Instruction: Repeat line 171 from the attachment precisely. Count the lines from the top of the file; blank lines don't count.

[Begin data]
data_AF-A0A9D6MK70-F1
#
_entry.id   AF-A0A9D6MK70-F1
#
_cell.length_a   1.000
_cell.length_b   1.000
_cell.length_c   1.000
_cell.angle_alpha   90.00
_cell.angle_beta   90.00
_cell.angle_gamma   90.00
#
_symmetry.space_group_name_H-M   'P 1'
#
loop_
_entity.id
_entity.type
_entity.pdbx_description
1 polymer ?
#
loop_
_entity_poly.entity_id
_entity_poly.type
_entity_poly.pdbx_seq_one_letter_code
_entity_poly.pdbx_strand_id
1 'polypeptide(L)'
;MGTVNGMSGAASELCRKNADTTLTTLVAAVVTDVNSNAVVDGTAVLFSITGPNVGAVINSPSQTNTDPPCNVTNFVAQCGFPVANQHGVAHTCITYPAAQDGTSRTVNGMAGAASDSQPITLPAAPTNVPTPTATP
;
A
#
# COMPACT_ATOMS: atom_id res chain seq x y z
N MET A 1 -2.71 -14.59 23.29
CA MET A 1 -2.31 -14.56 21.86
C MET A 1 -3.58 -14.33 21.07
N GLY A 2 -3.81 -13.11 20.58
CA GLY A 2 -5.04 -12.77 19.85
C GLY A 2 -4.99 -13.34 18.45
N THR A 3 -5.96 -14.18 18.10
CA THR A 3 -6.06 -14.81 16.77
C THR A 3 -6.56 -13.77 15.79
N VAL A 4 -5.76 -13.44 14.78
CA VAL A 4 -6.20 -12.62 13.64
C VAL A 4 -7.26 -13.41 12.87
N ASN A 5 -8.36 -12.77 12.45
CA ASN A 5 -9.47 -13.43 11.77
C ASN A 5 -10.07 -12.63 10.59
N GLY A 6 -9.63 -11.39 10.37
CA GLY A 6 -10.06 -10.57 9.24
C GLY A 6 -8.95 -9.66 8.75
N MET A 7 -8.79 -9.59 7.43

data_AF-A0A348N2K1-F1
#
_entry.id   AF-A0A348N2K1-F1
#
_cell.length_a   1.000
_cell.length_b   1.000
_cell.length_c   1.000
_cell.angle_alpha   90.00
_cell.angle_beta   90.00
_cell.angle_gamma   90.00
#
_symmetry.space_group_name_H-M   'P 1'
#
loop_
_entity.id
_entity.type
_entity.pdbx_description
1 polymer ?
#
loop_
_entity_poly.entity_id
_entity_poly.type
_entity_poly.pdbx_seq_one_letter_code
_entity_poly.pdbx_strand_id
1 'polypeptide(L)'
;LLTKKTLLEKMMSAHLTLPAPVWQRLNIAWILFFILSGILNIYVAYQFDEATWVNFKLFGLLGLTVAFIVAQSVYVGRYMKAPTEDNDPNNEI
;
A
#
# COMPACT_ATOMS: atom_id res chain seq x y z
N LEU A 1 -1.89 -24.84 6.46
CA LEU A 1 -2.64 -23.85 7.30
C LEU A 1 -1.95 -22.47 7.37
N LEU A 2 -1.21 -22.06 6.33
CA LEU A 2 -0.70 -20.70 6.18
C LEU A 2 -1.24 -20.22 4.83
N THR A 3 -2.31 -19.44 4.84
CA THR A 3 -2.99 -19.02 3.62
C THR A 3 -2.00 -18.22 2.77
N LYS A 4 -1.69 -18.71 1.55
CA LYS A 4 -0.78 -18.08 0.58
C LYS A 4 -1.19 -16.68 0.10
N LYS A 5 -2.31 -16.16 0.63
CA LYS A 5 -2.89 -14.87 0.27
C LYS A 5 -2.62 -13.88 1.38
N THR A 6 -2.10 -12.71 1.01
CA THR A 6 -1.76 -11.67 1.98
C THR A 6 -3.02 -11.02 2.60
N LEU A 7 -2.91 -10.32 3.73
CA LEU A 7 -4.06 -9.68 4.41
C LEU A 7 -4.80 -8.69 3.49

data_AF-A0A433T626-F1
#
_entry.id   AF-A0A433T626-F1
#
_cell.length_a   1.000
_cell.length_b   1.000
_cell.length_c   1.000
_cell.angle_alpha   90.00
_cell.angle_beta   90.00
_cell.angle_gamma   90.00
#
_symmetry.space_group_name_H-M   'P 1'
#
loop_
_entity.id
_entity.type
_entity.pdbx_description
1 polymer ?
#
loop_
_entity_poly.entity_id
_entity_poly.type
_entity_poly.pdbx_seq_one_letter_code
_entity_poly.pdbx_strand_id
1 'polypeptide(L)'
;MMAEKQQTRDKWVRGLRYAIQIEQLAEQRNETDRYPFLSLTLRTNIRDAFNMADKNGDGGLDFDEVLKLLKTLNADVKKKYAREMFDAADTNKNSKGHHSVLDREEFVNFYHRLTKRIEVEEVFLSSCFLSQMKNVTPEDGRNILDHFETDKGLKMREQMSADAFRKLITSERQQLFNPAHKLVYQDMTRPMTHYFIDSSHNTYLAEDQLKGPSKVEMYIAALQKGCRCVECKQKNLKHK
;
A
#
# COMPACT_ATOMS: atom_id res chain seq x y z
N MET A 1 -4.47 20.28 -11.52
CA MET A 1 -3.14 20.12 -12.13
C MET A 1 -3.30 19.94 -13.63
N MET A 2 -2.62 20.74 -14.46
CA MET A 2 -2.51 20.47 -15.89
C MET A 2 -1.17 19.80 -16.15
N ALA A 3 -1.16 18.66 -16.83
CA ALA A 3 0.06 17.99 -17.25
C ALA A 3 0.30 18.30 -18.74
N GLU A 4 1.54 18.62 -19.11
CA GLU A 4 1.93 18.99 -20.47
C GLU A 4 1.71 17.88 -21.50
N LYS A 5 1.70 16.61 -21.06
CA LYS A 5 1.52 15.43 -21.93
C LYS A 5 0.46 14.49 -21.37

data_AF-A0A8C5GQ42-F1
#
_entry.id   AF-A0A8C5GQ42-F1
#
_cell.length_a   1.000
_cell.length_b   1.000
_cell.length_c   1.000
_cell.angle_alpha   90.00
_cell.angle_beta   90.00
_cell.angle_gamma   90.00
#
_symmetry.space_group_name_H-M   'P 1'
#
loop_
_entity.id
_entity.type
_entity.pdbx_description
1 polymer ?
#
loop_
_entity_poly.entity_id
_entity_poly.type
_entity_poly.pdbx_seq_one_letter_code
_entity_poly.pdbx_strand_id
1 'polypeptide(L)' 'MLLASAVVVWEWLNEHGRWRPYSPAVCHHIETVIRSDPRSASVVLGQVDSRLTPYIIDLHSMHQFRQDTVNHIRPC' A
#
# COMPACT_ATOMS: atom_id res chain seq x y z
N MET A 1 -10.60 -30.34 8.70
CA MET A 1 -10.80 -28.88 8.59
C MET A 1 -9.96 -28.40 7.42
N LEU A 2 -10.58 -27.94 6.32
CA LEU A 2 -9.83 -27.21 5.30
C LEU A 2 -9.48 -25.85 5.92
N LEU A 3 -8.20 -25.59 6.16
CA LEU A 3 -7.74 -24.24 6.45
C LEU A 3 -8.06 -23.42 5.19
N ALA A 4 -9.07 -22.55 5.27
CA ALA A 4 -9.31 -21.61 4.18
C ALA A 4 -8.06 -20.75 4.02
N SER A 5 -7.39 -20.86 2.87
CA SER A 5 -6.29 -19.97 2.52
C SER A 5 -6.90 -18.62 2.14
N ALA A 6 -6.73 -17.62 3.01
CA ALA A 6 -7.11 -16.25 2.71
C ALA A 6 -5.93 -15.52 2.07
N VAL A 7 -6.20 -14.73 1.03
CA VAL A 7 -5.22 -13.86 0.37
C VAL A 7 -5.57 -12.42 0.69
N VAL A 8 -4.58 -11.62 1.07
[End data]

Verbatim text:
#